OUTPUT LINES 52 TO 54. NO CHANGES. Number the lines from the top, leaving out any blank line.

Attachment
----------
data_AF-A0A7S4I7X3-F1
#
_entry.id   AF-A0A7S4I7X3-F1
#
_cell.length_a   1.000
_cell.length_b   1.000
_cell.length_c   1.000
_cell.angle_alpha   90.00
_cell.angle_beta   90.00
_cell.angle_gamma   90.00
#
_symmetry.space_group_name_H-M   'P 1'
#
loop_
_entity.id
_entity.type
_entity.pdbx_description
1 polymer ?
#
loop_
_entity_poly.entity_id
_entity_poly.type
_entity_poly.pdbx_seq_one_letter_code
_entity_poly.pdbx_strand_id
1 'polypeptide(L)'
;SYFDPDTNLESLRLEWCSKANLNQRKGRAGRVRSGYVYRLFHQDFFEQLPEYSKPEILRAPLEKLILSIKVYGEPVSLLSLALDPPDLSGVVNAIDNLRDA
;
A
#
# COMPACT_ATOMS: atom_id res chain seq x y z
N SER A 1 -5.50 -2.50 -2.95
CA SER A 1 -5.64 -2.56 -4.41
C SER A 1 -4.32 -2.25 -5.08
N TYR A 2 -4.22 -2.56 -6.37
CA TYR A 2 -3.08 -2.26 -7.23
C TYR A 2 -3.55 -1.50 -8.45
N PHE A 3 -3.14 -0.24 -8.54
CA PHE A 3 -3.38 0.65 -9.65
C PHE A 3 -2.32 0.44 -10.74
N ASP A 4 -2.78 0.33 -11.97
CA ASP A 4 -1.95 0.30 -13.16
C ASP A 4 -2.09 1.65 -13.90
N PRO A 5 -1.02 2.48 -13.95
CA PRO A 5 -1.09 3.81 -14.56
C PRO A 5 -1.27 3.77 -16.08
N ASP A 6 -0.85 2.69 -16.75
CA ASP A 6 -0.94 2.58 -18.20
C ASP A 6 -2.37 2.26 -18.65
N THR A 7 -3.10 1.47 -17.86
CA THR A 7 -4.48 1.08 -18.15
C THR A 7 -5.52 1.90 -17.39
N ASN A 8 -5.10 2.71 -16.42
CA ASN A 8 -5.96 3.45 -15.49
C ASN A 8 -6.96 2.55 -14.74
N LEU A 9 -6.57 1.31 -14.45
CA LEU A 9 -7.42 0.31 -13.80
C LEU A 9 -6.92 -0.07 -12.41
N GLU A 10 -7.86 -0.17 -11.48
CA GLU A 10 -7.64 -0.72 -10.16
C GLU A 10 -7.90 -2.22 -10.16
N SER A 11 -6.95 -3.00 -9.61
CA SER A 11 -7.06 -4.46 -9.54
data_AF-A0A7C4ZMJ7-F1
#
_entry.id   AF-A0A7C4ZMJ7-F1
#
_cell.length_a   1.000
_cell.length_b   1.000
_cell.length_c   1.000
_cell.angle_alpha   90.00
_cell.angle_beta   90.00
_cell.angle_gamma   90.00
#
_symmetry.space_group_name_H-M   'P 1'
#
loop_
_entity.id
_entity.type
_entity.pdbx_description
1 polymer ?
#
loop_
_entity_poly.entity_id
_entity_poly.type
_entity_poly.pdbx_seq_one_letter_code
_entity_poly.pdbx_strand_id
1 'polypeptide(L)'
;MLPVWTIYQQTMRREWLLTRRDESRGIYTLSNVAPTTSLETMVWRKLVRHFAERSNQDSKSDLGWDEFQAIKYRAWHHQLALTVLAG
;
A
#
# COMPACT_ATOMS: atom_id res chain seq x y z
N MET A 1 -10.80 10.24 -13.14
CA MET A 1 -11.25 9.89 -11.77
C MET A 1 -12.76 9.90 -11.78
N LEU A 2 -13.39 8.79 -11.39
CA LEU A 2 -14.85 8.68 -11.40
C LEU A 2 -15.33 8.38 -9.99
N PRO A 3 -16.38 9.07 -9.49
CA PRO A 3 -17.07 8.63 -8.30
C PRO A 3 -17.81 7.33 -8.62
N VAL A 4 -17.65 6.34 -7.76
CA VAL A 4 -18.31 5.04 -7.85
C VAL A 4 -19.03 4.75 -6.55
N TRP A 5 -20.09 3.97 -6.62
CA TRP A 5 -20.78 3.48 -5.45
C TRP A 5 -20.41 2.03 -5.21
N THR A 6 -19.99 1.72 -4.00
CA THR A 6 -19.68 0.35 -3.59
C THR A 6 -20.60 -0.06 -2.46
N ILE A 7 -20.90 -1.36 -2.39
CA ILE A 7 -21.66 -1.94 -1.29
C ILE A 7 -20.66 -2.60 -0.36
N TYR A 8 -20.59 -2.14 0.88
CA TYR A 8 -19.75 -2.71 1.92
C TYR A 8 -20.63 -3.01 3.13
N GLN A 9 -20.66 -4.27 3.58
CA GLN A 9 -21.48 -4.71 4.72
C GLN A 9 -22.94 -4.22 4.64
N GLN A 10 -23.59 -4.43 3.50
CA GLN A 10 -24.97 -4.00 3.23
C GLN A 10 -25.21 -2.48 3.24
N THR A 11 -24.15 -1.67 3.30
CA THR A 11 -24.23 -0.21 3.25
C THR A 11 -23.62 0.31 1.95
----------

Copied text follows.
N ASN A 8 -5.10 2.71 -16.42
CA ASN A 8 -5.96 3.45 -15.49
C ASN A 8 -6.96 2.55 -14.74